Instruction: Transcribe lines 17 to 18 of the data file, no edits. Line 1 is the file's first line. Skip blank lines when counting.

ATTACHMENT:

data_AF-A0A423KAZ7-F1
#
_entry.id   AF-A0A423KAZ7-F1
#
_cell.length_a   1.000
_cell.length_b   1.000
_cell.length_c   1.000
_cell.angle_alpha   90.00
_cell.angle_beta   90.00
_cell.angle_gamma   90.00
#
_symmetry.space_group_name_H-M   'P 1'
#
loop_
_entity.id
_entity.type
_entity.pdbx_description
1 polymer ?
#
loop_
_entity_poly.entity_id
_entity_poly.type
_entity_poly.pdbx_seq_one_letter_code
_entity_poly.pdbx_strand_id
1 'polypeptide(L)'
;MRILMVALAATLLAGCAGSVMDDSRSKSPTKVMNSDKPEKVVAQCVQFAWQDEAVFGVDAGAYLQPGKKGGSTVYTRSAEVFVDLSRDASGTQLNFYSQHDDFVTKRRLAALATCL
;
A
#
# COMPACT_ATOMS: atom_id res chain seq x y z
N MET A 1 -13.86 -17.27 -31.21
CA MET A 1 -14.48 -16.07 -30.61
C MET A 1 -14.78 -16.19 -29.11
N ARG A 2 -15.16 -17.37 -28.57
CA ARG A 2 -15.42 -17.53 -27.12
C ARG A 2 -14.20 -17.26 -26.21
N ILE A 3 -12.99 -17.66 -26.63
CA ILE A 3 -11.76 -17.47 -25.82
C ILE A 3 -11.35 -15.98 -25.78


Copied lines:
_entity.pdbx_description
1 polymer ?